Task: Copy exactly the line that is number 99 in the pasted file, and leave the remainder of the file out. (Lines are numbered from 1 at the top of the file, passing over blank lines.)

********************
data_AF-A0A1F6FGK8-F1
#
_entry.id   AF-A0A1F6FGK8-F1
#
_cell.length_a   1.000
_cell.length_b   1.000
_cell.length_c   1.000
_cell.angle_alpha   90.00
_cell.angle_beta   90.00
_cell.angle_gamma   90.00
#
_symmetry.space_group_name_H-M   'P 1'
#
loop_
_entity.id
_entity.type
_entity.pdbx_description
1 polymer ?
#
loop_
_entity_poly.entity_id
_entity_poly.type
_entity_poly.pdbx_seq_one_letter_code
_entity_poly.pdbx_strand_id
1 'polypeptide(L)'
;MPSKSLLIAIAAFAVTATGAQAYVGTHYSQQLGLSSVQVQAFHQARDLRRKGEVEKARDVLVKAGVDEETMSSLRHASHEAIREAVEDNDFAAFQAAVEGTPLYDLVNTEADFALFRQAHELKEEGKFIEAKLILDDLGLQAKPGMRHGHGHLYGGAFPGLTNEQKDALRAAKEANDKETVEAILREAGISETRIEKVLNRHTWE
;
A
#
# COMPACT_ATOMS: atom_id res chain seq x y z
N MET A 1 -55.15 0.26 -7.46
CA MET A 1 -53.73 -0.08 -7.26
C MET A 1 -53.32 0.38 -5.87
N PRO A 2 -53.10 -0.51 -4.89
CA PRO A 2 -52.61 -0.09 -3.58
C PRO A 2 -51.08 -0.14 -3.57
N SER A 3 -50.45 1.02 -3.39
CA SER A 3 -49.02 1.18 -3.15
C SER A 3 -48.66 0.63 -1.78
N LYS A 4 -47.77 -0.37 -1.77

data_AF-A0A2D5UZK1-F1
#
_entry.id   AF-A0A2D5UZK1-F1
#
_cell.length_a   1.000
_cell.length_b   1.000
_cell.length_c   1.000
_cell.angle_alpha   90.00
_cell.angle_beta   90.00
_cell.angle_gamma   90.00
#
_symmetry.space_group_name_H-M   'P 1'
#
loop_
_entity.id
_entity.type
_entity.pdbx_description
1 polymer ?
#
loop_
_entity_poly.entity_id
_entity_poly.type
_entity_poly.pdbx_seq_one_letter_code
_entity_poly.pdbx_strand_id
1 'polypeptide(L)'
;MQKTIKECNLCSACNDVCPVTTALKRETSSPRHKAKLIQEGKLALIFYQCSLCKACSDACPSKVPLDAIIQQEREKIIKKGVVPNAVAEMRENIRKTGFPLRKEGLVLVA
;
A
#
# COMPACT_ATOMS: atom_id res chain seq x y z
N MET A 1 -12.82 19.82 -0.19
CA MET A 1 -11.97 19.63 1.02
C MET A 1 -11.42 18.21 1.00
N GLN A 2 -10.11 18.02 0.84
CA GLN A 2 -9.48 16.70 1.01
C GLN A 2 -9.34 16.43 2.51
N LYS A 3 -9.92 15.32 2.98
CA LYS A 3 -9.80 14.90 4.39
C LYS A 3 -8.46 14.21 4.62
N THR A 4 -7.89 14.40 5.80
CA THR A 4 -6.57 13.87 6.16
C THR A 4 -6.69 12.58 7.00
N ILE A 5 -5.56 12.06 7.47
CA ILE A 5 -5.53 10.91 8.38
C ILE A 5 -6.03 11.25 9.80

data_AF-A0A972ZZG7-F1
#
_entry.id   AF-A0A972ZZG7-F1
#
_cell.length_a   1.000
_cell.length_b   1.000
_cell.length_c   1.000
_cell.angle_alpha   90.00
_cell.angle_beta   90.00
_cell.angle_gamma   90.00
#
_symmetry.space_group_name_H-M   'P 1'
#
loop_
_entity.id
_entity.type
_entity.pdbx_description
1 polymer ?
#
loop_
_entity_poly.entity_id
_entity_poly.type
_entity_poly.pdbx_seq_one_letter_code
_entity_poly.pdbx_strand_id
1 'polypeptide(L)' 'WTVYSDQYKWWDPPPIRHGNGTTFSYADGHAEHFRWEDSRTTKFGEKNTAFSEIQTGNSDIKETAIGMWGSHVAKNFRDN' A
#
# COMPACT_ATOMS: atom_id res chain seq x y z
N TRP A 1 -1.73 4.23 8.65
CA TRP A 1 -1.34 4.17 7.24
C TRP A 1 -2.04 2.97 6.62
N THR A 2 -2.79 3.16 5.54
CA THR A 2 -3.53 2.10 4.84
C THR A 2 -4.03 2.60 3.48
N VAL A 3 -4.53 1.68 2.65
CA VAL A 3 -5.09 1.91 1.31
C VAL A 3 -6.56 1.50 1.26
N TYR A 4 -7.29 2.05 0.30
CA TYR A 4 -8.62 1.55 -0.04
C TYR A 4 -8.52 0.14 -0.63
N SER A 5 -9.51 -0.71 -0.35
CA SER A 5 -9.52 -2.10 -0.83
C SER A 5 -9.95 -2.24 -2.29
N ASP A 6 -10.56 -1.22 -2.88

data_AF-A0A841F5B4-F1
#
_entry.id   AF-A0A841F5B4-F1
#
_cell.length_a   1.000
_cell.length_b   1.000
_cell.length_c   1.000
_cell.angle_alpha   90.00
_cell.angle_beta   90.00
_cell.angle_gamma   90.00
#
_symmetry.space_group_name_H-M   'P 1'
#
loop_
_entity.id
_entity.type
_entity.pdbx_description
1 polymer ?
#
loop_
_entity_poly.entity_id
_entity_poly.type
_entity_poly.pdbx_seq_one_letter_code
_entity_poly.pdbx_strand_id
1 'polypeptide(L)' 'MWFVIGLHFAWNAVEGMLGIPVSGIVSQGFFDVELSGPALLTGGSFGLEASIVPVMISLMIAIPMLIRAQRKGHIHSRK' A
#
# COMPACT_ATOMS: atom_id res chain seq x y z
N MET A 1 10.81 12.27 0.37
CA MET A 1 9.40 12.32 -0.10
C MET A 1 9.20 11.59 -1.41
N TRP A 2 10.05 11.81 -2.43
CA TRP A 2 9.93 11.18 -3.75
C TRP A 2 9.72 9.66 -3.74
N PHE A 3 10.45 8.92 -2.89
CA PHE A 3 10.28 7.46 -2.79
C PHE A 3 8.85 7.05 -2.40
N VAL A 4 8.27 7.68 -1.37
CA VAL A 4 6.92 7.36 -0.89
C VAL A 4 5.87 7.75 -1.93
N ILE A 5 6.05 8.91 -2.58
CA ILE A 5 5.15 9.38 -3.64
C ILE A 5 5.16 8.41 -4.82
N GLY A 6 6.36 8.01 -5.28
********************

loop_